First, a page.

The Hairy Ape: Play Scene 7 - Summary & Analysis

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      After a month later, Yank is seen in the office of I.W.W near the waterfront. The room which is not only the office but an assembly room and reading room as well, resembles some dingy settlement boy’s club. The secretary is perched on the stool making entries in a large ledger. Eight or ten men, longshoremen, iron workers, and the like, are grouped about the table. Two are playing checkers; one is writing a letter. Most of them are smoking pipes.


      After Yank’s release from the prison, he comes down the street outside. Scene 7 depicts Yank’s search for a new identity at the meeting hall of the Industrial Workers of the World (the “Wobblies”). Yank is keen to meet the Secretary of I.W.W. for seeking his expert advice for the destruction of the steel trust. The Secretary is happy to learn that a worker of a liner wants to join the I.W.W. When the Secretary asks him his name, he does not remember it: “Le’mme tink”. He says, “I been just Yank for so long”. After taking the membership fee from Yank, the Secretary tells him to collect come pamphlets lying in the office and distribute them among other workers. He advises Yank to be loyal and discharge his duties in a serious manner. He assures him that he will be suitably rewarded for this task. Yank assures him all cooperation and promises to stick to this job.


      During the course of conversation, Yank realizes that I.W.W. is an underground organization of anarchists. The Secretary clarifies that they are not law-breaker but law-abiders. Yank wants to join this organization for furthering its social objective of reforming the conditions of the industrial workers. He further tells that he is joining it to blow up artifacts of capitalism not by legitimate action but with dynamite. But when Yank offers his services for the group to help “blow tings up”, they suspect that he is a plain-clothes policeman and throw him out. He wants to blow up Douglas’ factory where steel is manufactured. After destroying his steel plant, he will inform Mildred that the hairy ape has done it all. Doubting Yank’s motive the Secretary orders his men to throw him out of the office.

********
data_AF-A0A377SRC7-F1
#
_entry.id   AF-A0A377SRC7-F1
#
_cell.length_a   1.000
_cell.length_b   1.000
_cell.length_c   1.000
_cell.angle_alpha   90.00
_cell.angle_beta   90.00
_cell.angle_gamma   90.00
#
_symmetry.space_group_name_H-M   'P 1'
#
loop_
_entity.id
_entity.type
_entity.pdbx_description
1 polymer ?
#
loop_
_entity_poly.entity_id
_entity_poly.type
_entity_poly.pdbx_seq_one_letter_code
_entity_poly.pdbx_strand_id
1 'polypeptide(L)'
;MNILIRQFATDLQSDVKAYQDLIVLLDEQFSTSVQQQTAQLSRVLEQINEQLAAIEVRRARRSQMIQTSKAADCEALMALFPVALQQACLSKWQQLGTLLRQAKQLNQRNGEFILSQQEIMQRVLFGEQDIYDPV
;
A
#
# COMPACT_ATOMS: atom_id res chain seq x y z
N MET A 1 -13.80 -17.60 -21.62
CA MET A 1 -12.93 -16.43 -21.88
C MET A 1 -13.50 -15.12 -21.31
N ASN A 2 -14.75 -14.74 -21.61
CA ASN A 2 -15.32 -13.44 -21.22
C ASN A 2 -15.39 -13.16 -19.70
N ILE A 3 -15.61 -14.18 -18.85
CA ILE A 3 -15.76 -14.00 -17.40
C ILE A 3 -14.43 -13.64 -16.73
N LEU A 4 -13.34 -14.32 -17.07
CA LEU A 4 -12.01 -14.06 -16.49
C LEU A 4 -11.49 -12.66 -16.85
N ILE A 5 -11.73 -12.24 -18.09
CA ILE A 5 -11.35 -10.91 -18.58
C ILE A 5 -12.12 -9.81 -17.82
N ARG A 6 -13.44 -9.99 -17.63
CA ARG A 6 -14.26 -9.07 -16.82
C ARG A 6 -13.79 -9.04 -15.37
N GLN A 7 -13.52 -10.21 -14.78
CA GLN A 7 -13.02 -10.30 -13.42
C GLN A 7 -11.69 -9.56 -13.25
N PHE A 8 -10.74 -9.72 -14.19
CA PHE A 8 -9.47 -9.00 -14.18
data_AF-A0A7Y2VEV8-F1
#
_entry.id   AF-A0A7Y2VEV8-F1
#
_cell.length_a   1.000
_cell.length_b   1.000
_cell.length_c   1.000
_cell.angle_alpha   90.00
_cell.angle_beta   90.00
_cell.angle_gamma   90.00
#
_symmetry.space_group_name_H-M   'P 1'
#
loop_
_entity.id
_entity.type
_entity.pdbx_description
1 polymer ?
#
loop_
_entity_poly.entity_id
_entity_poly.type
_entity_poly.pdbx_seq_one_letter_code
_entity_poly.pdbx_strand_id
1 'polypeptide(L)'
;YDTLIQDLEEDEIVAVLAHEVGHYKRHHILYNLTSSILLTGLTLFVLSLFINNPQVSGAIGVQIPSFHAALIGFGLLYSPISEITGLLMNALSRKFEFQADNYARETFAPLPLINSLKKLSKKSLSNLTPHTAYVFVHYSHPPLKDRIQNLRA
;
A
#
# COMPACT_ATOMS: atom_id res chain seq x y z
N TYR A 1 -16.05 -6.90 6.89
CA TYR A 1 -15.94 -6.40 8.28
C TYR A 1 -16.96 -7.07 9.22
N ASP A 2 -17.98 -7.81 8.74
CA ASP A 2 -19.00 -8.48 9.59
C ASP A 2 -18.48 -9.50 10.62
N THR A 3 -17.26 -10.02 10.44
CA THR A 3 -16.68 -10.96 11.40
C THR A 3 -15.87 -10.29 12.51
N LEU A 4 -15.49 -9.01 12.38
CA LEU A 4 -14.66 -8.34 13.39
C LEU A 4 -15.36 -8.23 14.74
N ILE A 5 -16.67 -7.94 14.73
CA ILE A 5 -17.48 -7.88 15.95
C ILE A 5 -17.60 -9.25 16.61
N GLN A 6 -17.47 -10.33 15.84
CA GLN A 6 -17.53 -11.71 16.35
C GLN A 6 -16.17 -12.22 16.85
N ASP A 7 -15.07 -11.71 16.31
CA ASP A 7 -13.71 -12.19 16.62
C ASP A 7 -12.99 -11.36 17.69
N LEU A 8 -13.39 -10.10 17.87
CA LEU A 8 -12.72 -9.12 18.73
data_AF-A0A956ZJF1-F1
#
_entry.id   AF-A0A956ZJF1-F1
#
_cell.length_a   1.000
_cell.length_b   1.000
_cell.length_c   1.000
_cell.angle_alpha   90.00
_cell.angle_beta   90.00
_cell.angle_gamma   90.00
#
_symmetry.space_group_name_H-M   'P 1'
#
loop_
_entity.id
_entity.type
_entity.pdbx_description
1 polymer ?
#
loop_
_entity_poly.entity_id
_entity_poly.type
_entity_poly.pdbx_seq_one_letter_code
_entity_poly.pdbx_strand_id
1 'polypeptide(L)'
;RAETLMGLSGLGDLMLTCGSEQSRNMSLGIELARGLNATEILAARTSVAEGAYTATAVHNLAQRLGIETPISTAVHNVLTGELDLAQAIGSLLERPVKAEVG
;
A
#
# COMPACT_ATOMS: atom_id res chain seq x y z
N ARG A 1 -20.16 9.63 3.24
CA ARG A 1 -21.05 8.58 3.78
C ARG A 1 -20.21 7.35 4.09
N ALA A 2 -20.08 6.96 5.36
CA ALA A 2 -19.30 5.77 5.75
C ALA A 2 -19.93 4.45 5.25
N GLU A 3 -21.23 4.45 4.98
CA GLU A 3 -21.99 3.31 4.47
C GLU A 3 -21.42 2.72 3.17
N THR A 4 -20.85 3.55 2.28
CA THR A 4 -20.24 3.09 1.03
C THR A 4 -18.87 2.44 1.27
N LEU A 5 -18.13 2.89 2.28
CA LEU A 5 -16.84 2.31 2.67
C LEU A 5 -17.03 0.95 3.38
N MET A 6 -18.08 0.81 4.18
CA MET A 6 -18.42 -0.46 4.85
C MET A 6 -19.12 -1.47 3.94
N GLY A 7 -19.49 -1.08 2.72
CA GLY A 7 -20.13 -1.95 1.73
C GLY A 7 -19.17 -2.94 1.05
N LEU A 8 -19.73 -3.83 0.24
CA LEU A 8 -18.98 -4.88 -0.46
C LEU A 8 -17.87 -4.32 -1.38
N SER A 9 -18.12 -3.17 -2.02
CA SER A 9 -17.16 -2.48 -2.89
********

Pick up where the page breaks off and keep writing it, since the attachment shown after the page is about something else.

The Secretary of I.W.W. doubts about Yank’s intention of joining this organization. He fears that some detective agency must have deputed him to spy on the I.W.W. Or he may be an agent provocateur working as a hireling on his master to betray his fellow-workers. The Secretary calls him a “brainless ape who has no place in this organization which has no hidden agenda. Yank is finally forcibly thrown out by the staff of I.W.W in spite of his tough resistance. With a growl he manages to get up and storms the closed door, but stops bewildered by the confusion prevailing in his mind. He has realized for the first time his inability to break open the door. He sits there, brooding, in as near to the attitude of Rodin’s “The Thinker” as he can resume his position.


      Yank is filled with intense anger after being thrown out of the office of the I.W.W. He regrets that even the I.W.W. men think that he does not belong. He calls them “yellow” who cannot do anything useful in this world. They are like abstract orators and religious preachers whose speeches have no practical relevance in life. Yank is self-lost and feels that life has come to a halt. He is like a broken clock that has stopped ticking. His confidence is all shattered and he suffers from an acute sense of alienation in life. He wants to communicate with nature to regain his sense of belongingness. Lifting a bitter mocking face up like a monkey jabbering at the moon, he says: “Yous up dere Man in de Moon. Yuh look so wise, gimme de answer, huh? Slip me de inside dope, de information right from the stable-where do I get off at, huh”? Ironically enough at this moment a policeman arrives on the scene to answer the question with a grim laughter: “you will get off at the station, you boob, if you don’t get up out of that and keep moving”. Yank ignores his warning and is ready to face the consequence of his act: “Sure. Lock me up. Put me in a cage. Dat’s de on’y answer yuh know. G’wan, lock me up”. When asked what is doing here, Yank tells the policeman that his crime in life is: “I was born, see? Sure, Dat’s de charge”. In answer to Yank’s question, “Where do I go from here”, the policeman answers with a grin, “Go to hell”.



      Yank’s illusion of belongingness is badly shattered in this Scene VII. His aim of joining I.W.W. for destructive purposes is disapproved by the union leaders. When asked about his name, he wants sometime to recall it. Yank's whimsical behavior annoys the office bearers. He is finally thrown out of the office of the I.W.W. as a provocateur for favoring the ideology of violent revenge.


      Yank’s finally realizes that he has no place in the industrial set-up. He has lost his authority and his illusion of being indispensable is all shattered. He frankly admits: “Steel was me, and I owned de world. Now I ain’t steel, and de world owns me”. He has finally discovered the ground reality and his insignificance in the machine age.

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